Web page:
In the past I’ve written about bots and the future of education. I countered this with a recent post about the future including a human touch and I think about the opportunities for bots, AI, and the user experience.
I think there are ways that we should frame this look at “bots” and extend it a bit as we think about the possible future for education. The work of making technology more human is hardly new. Voice assistants are now ubiquitous, and the kiosk bots that engage mall shoppers will soon be old news.
The name “bots” might be confusing to use as there are multiple instances of “bots” already present online. An example of this include the fleet of bots that comprise most of the traffic on Twitter.
Bots (in this instance) also may include varying levels of artificial intelligence (AI).
The 2020 Tech Trends report from Deloitte identifies this as one of the top disruptors (digital reality, cognitive technologies, & blockchain) in upcoming years. As things change in the coming decade, these newer trends may no longer be considered novel, but they’re on the cusp of becoming as familiar and significant as their predecessors.
Cognitive technologies, such as machine learning, neural networks, robotic process automation, bots, natural language processing, neural nets, and the broader domain of AI, have the potential to transform nearly every industry. These technologies personalize and contextualize the human-technology interaction, allowing businesses to provide tailored language- and image-based information and services, with minimal or no human involvement.
Machine learning bots can provide enormous opportunities to support learners in various environments. They can quickly identify the likely cause for contact from the learner, and even suggest a proactive outreach. With these changes, intuitive bots can increasingly handle learner contacts that traditionally required human agents.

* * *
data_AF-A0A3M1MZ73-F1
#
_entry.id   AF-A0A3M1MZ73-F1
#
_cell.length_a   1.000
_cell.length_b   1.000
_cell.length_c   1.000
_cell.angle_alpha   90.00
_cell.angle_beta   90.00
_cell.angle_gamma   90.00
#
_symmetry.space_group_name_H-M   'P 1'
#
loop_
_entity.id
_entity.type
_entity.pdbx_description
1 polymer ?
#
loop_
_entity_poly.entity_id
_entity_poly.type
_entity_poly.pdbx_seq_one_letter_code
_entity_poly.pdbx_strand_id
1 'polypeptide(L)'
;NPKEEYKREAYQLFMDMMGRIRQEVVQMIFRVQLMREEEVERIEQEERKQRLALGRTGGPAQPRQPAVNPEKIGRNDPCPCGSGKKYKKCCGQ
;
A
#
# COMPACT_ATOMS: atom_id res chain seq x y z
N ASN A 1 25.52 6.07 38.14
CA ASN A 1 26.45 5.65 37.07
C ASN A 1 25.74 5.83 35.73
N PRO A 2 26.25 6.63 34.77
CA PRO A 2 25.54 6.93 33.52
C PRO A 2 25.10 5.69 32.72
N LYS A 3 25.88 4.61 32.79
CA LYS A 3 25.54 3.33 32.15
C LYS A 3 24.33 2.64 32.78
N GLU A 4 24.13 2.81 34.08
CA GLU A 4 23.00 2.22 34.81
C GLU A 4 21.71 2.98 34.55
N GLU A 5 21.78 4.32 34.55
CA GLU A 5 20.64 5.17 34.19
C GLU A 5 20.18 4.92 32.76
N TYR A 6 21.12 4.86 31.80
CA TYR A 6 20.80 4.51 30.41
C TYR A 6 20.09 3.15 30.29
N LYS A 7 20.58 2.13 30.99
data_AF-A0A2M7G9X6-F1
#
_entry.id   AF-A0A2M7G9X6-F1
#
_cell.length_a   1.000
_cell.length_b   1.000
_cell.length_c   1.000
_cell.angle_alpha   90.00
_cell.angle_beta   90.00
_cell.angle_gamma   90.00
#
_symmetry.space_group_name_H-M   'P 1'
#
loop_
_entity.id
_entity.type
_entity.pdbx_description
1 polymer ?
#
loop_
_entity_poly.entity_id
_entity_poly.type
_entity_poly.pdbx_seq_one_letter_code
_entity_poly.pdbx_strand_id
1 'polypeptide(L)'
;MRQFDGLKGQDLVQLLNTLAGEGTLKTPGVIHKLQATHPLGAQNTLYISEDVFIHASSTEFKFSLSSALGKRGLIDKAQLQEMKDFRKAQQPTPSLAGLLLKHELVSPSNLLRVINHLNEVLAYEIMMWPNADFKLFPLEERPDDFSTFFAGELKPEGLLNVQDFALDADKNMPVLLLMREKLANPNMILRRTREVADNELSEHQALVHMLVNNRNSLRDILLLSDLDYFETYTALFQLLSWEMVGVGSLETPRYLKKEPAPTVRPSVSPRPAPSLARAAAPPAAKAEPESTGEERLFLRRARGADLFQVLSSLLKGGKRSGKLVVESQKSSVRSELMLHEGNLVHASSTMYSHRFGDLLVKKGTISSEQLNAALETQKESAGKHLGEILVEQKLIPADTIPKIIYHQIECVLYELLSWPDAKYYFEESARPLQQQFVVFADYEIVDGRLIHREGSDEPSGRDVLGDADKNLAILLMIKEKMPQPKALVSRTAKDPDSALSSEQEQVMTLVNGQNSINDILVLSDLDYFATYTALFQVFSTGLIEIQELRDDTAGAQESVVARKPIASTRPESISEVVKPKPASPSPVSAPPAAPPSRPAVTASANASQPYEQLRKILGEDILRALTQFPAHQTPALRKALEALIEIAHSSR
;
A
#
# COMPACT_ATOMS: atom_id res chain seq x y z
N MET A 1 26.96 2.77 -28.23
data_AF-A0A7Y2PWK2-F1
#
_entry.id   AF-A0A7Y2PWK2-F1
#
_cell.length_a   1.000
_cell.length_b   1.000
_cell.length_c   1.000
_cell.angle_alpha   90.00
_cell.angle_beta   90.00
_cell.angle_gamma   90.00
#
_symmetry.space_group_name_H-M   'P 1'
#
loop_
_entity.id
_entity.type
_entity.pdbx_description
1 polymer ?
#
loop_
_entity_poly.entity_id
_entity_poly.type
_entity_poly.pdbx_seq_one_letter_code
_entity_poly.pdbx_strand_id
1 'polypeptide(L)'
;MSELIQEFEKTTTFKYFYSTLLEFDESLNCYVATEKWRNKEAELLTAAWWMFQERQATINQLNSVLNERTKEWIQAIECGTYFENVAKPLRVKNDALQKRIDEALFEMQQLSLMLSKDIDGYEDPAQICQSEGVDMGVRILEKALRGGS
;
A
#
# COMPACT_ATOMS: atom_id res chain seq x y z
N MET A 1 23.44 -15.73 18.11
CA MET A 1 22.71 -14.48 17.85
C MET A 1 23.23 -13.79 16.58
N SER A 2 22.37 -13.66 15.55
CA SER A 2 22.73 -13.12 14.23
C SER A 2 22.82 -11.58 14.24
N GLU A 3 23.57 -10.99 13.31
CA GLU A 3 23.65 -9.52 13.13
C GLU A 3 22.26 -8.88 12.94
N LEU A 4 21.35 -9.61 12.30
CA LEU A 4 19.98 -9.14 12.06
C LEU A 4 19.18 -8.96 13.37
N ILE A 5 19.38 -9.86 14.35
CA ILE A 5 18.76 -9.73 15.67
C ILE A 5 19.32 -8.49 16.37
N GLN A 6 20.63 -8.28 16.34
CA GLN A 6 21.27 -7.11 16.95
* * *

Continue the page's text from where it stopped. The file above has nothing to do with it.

I was in a recent demo from a learning management software in which they were trying to sell their suite of data analytics portals to help administrators and instructors better serve students. The main feedback from our team was that most instructors are already trying to negotiate different signals in the classroom, and this data dashboard was either too creepy, too impersonal, or just too much.
To think about bots in learning environments, we have to think about the use of contextual information the bot may have access to, but the instructor may not.
First, there is a tremendous amount of contextual information that exists within the learning environment. When you sign in, you agree to permissions with your browser, and in turn with the bot. With these permissions, it has the potential to collect a ton of contextual information. It’ll know who you are, as well as contextual information like location, peers, etc.
Second, the structure provides opportunities for lightweight interactions with very little friction.
With this new environment, think of it as a platform built on top of another platform. Think about it as the inclusion of a web browser on top of Windows, Mac OS, Linux, or your operating system. We see this happen in some apps already available in the market. Retailers are integrating AI-powered bots to personalize customer interactions while at the same time capturing valuable lead-nurturing data.
If you connect these elements together, an example is shown in the opportunity to purchase flowers.